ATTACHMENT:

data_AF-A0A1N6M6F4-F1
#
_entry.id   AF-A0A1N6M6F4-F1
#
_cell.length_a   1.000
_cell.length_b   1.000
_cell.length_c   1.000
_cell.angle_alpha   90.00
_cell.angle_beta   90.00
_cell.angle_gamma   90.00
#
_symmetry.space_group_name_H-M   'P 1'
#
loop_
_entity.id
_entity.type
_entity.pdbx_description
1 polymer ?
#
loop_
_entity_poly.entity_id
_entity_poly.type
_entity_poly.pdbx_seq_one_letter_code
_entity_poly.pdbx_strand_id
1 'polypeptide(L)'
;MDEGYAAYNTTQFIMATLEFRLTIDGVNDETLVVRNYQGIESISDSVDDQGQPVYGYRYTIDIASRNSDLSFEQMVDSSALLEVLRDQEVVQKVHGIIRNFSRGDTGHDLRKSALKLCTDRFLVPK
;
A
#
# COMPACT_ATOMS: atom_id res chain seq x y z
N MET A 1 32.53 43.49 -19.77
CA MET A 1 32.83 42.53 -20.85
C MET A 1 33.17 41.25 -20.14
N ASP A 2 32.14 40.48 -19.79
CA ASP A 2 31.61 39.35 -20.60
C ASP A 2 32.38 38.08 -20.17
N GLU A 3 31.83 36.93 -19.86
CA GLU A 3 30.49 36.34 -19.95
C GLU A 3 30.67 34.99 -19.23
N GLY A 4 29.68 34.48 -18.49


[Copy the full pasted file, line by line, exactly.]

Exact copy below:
data_AF-A0A1N6M6F4-F1
#
_entry.id   AF-A0A1N6M6F4-F1
#
_cell.length_a   1.000
_cell.length_b   1.000
_cell.length_c   1.000
_cell.angle_alpha   90.00
_cell.angle_beta   90.00
_cell.angle_gamma   90.00
#
_symmetry.space_group_name_H-M   'P 1'
#
loop_
_entity.id
_entity.type
_entity.pdbx_description
1 polymer ?
#
loop_
_entity_poly.entity_id
_entity_poly.type
_entity_poly.pdbx_seq_one_letter_code
_entity_poly.pdbx_strand_id
1 'polypeptide(L)'
;MDEGYAAYNTTQFIMATLEFRLTIDGVNDETLVVRNYQGIESISDSVDDQGQPVYGYRYTIDIASRNSDLSFEQMVDSSALLEVLRDQEVVQKVHGIIRNFSRGDTGHDLRKSALKLCTDRFLVPK
;
A
#
# COMPACT_ATOMS: atom_id res chain seq x y z
N MET A 1 32.53 43.49 -19.77
CA MET A 1 32.83 42.53 -20.85
C MET A 1 33.17 41.25 -20.14
N ASP A 2 32.14 40.48 -19.79
CA ASP A 2 31.61 39.35 -20.60
C ASP A 2 32.38 38.08 -20.17
N GLU A 3 31.83 36.93 -19.86
CA GLU A 3 30.49 36.34 -19.95
C GLU A 3 30.67 34.99 -19.23
N GLY A 4 29.68 34.48 -18.49